• Antivenom Activity: Study evaluated the antivenom activity of C. gigantea plant extract against Vipera russelii snake venom. Oral administration of CG plant extract at dose levels 200 and 400 mg/kbw effectively neutralized the lethal effect of 2LD50 and 3:D50 of V. russelii venom in in-vivo neutralization in mice. Plant extract at dose levels of 200 and 400 mg/kg showed significant anti-inflammatory activity at 240 min, an effect comparable with that produced by antivenom. (35)
• CNS Activity / Toxicity Study / Leaves: Study evaluated the CNS activity of ethanolic extract of leaves of Calotropis gigantea. Results showed anticonvulsant, sedative, and muscle relaxant effect. Acute toxicity study showed safety of the extract up to a dose of 2000 mg/kg. (36)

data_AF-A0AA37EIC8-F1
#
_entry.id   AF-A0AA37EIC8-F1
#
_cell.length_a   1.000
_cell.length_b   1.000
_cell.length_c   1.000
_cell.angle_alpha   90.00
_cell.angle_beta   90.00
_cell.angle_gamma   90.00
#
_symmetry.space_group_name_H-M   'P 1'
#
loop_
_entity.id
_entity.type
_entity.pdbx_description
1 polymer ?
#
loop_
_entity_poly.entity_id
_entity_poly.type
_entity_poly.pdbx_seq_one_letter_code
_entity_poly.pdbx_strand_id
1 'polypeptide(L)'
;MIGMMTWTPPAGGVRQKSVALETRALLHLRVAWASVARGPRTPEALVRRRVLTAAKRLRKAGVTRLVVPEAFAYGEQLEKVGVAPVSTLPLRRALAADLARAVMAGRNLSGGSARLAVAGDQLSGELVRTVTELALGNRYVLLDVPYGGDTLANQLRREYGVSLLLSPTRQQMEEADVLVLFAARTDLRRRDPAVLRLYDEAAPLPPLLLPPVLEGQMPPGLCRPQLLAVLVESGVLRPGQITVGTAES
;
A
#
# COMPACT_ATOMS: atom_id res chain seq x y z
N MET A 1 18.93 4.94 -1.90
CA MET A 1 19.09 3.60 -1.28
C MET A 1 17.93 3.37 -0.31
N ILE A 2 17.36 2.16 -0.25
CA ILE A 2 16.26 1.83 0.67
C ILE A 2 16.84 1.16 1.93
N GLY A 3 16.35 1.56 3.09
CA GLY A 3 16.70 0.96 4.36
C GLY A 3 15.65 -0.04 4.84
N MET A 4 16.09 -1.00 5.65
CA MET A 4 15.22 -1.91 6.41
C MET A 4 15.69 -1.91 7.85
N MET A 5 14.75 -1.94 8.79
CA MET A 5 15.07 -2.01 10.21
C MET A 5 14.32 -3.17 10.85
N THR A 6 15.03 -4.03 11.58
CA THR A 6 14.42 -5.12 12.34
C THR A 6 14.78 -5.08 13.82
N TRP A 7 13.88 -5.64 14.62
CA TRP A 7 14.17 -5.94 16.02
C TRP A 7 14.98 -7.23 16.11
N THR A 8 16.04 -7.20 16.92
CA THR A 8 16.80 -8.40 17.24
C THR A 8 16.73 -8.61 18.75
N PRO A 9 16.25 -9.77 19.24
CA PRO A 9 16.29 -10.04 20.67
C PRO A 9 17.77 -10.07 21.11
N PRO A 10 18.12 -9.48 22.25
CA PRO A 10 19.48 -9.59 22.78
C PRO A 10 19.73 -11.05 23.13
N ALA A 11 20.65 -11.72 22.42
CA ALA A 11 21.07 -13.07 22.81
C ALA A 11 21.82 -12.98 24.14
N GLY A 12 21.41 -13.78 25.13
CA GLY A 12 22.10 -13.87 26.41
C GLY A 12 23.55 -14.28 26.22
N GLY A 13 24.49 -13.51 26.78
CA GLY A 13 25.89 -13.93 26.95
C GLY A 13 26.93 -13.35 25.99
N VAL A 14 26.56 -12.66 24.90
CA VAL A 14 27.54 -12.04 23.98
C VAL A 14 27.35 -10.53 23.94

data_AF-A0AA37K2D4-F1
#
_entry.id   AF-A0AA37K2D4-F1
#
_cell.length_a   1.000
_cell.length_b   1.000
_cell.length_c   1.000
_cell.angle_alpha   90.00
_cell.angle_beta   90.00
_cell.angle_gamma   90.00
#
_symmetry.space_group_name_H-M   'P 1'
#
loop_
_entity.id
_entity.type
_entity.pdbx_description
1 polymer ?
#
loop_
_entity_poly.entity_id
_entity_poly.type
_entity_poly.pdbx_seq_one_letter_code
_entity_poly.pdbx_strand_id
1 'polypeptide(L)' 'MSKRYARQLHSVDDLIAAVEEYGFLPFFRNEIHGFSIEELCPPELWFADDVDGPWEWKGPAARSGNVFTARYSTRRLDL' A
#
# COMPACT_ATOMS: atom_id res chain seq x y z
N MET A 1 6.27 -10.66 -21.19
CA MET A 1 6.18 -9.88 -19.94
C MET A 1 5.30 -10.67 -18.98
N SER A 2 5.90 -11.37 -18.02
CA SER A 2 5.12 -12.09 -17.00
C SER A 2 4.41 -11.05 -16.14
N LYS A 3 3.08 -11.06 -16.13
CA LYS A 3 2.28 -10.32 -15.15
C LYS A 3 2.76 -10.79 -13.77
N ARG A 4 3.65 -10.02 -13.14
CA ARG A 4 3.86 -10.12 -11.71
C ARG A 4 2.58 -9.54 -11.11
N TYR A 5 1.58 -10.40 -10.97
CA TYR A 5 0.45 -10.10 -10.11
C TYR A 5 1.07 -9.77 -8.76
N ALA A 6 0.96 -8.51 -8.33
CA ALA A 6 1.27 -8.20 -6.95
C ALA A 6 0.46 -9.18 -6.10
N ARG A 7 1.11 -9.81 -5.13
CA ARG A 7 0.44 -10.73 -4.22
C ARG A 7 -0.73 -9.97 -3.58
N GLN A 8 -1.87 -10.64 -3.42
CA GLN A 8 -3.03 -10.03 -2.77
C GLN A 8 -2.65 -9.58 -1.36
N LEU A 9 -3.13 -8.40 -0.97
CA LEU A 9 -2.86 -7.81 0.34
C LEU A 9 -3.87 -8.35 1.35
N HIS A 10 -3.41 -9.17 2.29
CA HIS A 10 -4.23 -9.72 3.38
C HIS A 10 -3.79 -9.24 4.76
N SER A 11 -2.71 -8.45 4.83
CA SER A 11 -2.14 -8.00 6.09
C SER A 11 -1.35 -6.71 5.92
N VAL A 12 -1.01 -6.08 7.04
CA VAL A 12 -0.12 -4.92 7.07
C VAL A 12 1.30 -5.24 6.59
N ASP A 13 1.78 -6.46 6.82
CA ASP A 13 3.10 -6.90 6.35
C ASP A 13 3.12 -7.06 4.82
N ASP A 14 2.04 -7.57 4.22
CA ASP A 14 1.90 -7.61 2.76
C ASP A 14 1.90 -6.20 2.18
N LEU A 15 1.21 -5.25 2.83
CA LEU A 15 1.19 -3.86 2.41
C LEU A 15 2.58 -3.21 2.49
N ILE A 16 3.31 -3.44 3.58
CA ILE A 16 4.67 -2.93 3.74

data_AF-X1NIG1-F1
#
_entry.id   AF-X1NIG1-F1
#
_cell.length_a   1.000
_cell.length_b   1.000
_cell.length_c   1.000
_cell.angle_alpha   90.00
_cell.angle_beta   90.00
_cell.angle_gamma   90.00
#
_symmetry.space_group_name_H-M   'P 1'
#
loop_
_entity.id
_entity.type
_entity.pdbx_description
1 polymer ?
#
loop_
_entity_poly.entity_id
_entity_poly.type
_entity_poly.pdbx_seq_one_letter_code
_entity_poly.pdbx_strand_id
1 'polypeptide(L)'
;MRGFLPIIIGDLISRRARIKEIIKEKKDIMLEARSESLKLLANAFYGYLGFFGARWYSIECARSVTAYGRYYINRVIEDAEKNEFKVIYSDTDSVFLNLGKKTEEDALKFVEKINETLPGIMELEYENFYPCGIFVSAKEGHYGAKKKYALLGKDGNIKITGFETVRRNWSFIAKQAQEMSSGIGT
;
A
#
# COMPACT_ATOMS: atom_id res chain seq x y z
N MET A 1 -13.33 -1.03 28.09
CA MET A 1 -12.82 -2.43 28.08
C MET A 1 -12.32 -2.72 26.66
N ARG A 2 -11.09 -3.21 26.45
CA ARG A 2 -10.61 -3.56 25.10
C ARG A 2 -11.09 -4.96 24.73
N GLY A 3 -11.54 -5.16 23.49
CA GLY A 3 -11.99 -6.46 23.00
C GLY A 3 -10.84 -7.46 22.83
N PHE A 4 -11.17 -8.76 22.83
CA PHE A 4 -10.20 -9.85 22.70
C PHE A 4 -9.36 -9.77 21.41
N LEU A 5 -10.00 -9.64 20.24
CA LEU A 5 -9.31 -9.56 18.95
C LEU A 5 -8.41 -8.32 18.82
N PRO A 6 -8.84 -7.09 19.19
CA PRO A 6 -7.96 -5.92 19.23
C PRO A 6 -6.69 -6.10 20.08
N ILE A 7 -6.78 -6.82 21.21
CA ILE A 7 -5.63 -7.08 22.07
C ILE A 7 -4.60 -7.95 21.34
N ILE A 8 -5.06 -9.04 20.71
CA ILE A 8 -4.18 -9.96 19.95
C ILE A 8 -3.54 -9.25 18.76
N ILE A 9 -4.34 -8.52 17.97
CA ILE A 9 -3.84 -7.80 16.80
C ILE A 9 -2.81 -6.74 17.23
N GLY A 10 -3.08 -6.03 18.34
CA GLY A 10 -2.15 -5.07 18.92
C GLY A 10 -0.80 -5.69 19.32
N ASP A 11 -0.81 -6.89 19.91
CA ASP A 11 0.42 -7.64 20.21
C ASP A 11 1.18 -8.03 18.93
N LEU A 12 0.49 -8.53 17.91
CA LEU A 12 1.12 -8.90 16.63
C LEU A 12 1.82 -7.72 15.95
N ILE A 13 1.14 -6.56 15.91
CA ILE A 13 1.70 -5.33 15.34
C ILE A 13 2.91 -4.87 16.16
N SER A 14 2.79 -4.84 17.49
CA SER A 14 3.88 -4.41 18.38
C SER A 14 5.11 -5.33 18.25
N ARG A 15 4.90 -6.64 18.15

• Raw Material for Fiber-Reinforced Composite: Study evaluated the feasibility of applying two kinds of mudar fibers (seed fibers and bark fibers) as alternative raw material for fiber-reinforced composite. Findings suggest both types of fibers have the potential for replacing or supplementing other fibrous raw materials as reinforcing agent. (38)
• Hepatoprotective / Root Bark: Study of suspensions of alcoholic extract of root bark of C. gigantea showed significant hepatoprotective activity in Wistar albino rats with hepatic injury induced by D-galactosamine. (39)